Just one of 82? Draft swap adds importance to Celtics-Nets matchups

As if being embarrassed in consecutive games wasn't bad enough, there was a brief period of time Nov. 9 when the Boston Celtics looked up to find they had the same 3-4 record as the Brooklyn Nets. Some Celtics fans half-jokingly wondered if Boston could decline its 2017 first-round pick swap with the Nets if things went completely awry this season.

Two weeks later, the Atlantic Division looks more like what most people were expecting. The Celtics huddled for a players-only meeting in the aftermath of consecutive blowout losses to the Nuggets and Wizards and pledged to go back to playing like the scrappy bunch of overachievers that made them so endearing the past two seasons.

Boston, aided by improved health that includes the recent return of Al Horford after a nine-game absence, has won five of its past seven games. The Nets have won just once in their past six games and are riding a four-game losing streak in which they've given up 126 points per game.

The Celtics close out a three-game road trip Wednesday night at the Barclays Center and have the rare opportunity to improve the position of their potential first-round pick in June's draft.

After Boston lost twice to the Nets last season, including one November visit to Brooklyn, some believe the four biggest games on the Celtics' schedule are the ones against the Nets.

ESPN's Basketball Power Index currently projects the Nets to win 24.2 games, the second-lowest total in the league, behind only the Philadelphia 76ers (21.8 wins). By BPI projections, the Nets' pick has a 17.8 percent chance of being No. 1, a 50 percent chance of being top three, an 88.7 percent chance of being top five and a 99.6 percent chance of being top 10.

For all the consternation about Brooklyn's better-than-expected start, BPI does not predict the Nets to win another game until Jan. 8, when they host the 76ers. That means the Nets are BPI underdogs in their next 22 games. After the 76ers game, BPI doesn't favor the Nets again for another 35 games, in a March 23 matchup against the Phoenix Suns.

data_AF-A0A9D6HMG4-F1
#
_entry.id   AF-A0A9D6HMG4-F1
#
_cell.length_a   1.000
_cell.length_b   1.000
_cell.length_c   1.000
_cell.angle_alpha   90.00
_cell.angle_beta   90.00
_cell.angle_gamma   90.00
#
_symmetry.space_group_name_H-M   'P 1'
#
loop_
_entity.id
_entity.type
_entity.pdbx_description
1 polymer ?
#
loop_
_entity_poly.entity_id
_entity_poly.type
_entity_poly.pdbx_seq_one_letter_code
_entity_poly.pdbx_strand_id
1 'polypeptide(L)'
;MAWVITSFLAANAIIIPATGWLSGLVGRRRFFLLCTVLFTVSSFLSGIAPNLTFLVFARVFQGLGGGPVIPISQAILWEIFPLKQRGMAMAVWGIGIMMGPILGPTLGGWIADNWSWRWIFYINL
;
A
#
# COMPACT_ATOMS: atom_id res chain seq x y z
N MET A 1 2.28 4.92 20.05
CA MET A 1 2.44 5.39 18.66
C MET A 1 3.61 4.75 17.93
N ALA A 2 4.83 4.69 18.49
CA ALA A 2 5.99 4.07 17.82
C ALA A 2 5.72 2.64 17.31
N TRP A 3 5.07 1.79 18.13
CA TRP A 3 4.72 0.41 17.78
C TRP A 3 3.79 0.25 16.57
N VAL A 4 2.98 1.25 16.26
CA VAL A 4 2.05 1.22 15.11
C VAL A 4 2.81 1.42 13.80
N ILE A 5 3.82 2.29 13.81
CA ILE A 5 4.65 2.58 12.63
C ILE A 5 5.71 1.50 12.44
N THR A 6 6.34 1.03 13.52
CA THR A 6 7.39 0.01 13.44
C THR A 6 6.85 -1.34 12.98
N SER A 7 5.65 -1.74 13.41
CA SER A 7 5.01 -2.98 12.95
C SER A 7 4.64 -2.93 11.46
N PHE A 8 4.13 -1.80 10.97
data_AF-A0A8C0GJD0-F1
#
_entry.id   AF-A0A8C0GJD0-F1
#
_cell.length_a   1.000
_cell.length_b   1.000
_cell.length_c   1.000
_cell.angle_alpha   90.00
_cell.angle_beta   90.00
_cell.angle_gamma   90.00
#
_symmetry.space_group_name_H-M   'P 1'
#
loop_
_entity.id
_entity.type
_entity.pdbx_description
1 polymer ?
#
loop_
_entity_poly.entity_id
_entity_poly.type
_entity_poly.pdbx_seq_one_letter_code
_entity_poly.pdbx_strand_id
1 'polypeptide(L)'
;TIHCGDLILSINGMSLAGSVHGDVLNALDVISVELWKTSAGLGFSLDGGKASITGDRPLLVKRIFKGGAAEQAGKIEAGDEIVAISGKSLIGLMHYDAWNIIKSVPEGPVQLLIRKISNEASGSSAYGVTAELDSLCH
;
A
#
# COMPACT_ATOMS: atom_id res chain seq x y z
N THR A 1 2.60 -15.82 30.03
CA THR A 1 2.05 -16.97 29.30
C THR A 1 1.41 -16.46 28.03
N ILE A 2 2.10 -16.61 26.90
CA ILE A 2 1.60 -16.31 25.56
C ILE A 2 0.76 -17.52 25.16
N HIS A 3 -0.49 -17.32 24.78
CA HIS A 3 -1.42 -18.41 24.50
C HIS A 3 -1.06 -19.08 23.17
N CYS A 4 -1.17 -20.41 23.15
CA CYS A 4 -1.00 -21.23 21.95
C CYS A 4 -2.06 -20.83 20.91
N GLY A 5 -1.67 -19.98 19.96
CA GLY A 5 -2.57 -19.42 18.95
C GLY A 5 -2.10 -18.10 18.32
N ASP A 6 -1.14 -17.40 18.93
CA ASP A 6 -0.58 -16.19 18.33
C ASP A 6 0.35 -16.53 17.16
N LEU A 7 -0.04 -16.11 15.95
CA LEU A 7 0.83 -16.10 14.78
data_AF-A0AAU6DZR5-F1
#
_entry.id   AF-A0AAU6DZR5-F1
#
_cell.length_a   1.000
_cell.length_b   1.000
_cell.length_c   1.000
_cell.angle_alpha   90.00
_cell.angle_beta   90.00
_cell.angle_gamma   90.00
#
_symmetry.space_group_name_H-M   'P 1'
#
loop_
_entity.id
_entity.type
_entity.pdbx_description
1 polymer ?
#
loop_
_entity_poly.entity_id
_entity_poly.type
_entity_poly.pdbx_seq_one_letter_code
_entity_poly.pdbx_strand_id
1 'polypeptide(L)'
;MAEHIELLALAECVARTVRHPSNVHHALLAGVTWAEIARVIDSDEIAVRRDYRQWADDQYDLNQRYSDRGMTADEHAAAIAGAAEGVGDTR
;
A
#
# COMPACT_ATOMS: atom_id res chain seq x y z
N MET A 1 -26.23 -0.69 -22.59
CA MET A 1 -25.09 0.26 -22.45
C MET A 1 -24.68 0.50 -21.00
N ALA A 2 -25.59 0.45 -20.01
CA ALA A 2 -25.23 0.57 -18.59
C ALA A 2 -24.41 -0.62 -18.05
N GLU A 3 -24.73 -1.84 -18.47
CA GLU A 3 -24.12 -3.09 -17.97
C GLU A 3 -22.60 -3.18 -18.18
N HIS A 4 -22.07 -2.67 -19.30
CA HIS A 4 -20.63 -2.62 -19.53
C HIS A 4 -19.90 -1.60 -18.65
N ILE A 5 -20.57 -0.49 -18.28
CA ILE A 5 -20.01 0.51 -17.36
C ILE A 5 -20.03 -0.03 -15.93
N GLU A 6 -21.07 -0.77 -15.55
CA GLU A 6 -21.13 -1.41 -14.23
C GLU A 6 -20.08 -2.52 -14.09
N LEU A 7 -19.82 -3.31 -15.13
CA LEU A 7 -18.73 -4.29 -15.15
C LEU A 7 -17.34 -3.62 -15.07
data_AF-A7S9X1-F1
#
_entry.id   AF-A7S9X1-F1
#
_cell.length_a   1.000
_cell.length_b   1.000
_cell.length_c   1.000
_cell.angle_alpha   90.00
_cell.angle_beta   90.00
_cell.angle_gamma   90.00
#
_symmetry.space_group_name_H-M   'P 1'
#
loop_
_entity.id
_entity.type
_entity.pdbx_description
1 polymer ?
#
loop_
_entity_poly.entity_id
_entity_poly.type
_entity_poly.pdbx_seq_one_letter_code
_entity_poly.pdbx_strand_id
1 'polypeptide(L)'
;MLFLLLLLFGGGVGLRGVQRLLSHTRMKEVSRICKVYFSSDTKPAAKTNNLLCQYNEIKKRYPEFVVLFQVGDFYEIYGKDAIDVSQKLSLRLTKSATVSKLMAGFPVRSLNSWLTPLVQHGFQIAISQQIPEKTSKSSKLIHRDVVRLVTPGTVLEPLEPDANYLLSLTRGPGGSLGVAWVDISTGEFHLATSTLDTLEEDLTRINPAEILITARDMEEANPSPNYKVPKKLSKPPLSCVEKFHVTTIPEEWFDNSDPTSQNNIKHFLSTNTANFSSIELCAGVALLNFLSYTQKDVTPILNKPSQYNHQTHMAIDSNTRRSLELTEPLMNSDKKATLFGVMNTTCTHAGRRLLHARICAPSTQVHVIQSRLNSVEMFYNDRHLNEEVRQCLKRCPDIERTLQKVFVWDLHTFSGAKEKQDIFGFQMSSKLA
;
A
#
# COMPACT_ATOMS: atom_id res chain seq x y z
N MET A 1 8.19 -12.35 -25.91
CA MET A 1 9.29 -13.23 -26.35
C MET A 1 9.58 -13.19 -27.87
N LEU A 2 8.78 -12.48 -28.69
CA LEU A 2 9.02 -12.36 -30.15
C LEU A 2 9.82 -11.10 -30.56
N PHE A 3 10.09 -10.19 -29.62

Make no mistake, the Nets are going to steal some games over that stretch; Brooklyn already defied BPI four times over its first 13 games. But with the Nets facing an absolutely brutal schedule before the new calendar year, including a pre-Christmas back-to-back against both of last year's Finals combatants -- a visit from Golden State on Dec. 22, then a trip to Cleveland the next night -- first-year coach Kenny Atkinson might have to find ways to keep his young team motivated should their record suffer.

Celtics players understand that having access to the Nets' picks, the result of the 2013 blockbuster that sent Kevin Garnett and Paul Pierce to Brooklyn, could be key in helping Boston build a sustained contender. But these Celtics don't pay much mind to how the Nets are faring. As All-Star point guard (and former 60th overall pick) Isaiah Thomas playfully noted before the Celtics and Nets met on opening night, "I worry about scoring the ball, getting my teammates involved and winning games. I don't know nothing about those first-round picks. And I wasn't a first-round pick, so I don't care about first-rounders."

Do a Twitter search for the hashtag "#Netspick", and you'll find that Celtics fans quite enjoy the possibilities that might spring from owning Brooklyn's draft spot this year and their pick outright in 2018. The biggest debate tends to center on whether Celtics president of basketball operations Danny Ainge ought to move the picks. Some see Brooklyn's picks as the potential centerpiece of deals that could bring back the sort of established talent that could elevate Boston as a legitimate contender this year and beyond. Others see a loaded 2017 draft and wonder if patience -- not to mention a little bit of pingpong luck, the sort that has defied the Celtics throughout their otherwise charmed history -- might help Boston construct a juggernaut capable of competing deep into the future.

The bottom line is that Boston can impact only 4.9 percent of Brooklyn's 82-game schedule. These games might not look like the glitziest dates on Boston's schedule, but they might truly be some of the most important to the Celtics' title hopes down the road.